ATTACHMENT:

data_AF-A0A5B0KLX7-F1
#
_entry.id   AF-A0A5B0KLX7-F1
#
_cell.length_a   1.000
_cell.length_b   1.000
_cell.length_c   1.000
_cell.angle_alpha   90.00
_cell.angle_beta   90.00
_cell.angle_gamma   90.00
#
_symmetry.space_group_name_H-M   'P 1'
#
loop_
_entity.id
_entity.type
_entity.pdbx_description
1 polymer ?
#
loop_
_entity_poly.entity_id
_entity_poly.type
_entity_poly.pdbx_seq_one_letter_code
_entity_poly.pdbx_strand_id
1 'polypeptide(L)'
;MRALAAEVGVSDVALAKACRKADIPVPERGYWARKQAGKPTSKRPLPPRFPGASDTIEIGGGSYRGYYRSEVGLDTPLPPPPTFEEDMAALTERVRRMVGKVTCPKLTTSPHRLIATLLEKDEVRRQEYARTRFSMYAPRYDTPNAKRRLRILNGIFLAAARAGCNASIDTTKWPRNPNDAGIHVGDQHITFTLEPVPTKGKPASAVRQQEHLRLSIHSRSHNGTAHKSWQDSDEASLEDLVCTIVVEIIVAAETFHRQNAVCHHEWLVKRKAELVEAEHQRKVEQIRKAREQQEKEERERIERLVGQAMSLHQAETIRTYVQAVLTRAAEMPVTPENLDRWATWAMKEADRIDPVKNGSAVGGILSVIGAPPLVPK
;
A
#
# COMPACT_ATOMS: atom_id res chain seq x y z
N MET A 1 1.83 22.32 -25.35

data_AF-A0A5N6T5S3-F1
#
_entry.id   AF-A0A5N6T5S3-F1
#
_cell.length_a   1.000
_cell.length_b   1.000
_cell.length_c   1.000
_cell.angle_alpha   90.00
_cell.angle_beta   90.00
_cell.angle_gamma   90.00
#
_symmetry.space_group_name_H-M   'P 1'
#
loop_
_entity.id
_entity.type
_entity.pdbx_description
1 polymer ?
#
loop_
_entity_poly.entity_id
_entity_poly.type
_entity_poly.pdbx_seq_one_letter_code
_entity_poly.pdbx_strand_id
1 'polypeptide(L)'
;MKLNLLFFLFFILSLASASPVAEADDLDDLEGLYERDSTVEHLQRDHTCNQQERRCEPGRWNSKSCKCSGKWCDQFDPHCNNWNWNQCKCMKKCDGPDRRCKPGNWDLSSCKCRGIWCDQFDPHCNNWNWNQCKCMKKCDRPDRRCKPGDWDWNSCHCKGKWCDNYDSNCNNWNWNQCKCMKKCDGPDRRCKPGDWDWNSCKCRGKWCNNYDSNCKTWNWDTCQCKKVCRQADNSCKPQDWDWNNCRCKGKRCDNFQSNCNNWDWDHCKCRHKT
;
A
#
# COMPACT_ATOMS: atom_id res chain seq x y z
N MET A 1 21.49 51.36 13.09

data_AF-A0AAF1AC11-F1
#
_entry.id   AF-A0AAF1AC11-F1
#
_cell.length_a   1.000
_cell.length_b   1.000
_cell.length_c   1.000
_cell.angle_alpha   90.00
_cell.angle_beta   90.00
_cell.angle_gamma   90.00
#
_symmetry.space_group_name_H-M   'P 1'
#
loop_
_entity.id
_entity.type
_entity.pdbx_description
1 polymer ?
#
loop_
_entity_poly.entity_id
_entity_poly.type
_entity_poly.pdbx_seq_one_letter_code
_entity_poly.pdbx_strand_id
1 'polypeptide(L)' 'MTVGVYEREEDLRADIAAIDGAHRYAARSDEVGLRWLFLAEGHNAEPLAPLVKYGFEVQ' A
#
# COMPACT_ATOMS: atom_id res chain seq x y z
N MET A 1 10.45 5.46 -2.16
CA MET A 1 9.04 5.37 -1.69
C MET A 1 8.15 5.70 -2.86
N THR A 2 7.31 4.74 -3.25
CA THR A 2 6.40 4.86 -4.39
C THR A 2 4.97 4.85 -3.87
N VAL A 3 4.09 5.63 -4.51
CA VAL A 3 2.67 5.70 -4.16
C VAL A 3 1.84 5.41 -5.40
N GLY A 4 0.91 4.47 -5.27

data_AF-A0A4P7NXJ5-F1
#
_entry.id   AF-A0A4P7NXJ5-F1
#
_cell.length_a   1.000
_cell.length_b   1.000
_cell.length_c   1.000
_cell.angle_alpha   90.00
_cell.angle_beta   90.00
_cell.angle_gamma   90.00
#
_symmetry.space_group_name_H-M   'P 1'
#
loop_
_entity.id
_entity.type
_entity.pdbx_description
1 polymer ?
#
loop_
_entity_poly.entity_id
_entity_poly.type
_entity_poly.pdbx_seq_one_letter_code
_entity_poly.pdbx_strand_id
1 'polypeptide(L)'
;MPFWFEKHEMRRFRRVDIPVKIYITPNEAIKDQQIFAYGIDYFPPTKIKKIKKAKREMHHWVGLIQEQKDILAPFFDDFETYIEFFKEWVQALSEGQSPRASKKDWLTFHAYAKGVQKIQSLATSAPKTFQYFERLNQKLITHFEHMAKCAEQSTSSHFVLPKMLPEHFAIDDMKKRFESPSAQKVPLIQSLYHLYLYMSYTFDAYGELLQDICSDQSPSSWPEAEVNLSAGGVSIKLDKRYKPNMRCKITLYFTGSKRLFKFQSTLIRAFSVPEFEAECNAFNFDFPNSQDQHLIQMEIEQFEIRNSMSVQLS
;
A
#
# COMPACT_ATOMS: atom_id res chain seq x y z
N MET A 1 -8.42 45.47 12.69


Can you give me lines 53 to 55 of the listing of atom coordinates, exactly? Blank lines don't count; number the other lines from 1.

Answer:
_entity_poly.type
_entity_poly.pdbx_seq_one_letter_code
_entity_poly.pdbx_strand_id